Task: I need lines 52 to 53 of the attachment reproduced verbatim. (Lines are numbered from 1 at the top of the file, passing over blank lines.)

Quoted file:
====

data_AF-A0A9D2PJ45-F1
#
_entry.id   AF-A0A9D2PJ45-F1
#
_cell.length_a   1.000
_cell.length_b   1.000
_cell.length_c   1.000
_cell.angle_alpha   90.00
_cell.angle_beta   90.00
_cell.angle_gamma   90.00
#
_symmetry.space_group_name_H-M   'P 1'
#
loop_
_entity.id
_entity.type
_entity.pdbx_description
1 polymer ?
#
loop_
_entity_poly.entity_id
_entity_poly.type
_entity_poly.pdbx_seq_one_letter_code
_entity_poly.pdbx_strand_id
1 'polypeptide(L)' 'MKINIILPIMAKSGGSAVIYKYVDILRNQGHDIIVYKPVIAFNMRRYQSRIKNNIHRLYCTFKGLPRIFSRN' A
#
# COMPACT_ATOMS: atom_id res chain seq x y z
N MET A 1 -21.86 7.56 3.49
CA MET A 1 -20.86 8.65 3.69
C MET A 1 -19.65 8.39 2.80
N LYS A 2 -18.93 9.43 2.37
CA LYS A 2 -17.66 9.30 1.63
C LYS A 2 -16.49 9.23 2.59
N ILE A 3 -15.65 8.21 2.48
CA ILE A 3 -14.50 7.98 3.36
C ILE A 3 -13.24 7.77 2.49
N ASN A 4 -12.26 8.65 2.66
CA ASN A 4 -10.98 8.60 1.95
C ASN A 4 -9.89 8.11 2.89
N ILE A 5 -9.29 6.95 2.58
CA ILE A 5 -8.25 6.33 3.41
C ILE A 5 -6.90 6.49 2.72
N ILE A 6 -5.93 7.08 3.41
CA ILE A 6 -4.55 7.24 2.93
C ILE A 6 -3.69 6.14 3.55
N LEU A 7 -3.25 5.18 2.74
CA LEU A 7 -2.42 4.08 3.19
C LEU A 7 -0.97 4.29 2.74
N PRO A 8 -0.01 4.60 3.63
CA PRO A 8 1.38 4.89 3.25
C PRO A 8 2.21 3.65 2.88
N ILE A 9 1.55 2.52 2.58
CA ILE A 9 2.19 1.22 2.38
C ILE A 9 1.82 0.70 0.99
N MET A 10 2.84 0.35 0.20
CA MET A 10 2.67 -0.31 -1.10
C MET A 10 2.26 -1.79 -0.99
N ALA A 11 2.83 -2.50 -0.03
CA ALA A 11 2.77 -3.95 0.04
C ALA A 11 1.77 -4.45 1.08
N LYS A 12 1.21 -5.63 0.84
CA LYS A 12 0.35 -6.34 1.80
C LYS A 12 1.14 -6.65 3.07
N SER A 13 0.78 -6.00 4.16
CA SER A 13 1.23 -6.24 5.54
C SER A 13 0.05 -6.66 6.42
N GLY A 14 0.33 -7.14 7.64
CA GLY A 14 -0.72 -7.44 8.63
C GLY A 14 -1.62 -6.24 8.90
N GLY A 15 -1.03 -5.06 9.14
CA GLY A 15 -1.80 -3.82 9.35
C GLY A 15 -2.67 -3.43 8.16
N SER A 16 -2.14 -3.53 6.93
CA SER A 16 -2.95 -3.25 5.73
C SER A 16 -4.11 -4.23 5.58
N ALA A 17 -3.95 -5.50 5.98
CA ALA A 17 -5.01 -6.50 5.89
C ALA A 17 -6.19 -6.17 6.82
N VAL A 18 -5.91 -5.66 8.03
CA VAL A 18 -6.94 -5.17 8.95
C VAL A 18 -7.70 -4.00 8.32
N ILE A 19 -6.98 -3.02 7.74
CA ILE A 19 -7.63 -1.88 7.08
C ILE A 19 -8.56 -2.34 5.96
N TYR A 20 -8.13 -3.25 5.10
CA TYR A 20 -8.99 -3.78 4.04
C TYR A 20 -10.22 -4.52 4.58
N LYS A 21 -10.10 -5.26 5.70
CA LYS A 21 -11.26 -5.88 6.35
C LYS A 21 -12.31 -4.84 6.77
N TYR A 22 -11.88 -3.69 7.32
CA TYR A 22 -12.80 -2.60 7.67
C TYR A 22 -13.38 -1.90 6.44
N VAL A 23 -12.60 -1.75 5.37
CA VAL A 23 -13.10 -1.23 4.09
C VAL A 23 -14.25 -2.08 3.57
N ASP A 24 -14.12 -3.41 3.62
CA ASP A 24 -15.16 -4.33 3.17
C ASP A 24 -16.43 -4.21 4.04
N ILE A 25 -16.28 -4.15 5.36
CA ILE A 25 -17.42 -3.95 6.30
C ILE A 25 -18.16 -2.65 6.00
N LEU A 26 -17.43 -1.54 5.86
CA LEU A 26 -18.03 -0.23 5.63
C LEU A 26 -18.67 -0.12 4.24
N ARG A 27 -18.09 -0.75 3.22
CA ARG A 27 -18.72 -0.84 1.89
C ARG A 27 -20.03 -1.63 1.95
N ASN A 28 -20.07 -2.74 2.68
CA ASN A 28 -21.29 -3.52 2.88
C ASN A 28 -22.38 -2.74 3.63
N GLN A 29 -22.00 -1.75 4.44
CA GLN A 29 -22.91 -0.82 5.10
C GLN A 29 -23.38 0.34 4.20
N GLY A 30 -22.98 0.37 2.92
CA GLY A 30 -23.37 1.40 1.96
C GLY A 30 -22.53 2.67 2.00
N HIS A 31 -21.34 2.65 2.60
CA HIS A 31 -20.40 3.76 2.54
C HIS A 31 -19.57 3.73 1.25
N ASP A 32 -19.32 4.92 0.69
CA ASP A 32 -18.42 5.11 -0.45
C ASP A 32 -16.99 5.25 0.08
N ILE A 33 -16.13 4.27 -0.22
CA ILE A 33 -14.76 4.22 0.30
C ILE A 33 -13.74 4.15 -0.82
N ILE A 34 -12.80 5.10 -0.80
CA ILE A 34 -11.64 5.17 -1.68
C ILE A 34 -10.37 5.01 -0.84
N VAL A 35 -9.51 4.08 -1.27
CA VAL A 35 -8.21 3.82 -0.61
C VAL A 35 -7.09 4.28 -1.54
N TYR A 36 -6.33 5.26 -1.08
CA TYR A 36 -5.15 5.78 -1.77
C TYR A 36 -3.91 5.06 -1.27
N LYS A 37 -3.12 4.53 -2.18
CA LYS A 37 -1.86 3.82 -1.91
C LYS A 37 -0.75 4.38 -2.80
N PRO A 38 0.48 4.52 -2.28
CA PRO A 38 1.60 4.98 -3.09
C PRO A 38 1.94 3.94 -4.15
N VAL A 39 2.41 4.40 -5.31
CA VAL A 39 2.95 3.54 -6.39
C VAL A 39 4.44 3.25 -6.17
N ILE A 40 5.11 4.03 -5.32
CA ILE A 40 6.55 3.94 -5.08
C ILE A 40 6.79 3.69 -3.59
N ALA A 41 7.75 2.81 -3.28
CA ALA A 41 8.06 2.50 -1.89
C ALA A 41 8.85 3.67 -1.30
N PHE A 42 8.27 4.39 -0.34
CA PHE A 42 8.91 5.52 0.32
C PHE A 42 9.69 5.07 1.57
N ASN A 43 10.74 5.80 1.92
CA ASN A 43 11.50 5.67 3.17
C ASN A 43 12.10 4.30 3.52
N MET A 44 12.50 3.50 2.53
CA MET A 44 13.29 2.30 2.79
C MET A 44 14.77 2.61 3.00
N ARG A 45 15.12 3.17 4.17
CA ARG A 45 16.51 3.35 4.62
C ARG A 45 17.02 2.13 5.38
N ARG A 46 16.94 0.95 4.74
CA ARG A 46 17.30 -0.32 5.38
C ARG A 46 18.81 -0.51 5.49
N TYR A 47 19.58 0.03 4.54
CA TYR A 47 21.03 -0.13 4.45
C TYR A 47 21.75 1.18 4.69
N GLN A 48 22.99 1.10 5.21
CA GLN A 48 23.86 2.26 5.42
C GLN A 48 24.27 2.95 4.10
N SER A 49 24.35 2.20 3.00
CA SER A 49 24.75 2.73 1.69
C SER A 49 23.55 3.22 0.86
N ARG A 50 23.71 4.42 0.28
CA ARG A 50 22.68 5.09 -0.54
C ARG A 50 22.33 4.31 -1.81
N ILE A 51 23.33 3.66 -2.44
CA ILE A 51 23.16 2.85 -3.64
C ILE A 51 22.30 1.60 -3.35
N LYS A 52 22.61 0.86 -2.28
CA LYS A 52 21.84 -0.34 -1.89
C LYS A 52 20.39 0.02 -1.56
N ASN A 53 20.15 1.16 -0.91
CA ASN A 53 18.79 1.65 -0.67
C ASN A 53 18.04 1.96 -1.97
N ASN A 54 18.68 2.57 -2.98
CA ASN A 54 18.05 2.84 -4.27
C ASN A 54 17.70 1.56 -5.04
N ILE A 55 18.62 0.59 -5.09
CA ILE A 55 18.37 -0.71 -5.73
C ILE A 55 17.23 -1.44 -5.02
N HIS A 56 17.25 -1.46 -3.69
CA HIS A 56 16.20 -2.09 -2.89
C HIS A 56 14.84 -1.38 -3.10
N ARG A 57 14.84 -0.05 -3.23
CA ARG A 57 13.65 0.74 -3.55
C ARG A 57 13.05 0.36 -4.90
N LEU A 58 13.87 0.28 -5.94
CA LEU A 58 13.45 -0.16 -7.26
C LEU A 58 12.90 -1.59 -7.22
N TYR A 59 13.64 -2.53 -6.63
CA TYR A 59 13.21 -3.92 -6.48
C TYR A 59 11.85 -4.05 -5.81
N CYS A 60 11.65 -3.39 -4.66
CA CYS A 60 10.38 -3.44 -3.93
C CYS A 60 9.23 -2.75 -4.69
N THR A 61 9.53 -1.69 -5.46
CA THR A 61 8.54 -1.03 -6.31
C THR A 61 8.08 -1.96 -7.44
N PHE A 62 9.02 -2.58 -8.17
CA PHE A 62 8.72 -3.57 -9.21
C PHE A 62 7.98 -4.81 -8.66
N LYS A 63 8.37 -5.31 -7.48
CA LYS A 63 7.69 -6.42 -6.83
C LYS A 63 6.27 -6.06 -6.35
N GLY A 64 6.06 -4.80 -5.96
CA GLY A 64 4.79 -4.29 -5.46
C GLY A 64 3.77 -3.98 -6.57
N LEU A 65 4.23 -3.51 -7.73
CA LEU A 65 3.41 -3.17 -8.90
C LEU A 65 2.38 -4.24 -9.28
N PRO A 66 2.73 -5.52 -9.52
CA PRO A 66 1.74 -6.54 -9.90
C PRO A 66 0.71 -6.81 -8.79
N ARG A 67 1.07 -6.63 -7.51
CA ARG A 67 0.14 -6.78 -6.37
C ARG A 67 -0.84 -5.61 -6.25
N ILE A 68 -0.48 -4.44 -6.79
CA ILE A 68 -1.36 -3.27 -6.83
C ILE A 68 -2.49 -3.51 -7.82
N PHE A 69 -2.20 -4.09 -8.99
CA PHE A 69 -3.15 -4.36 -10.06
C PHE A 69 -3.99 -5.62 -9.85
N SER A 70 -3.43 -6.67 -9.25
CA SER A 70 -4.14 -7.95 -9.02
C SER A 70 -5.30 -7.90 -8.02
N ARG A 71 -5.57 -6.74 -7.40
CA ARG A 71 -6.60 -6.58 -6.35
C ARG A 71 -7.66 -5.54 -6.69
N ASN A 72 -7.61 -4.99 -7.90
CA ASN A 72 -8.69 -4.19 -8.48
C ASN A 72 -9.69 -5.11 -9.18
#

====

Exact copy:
N ILE A 9 1.55 2.52 2.58
CA ILE A 9 2.19 1.22 2.38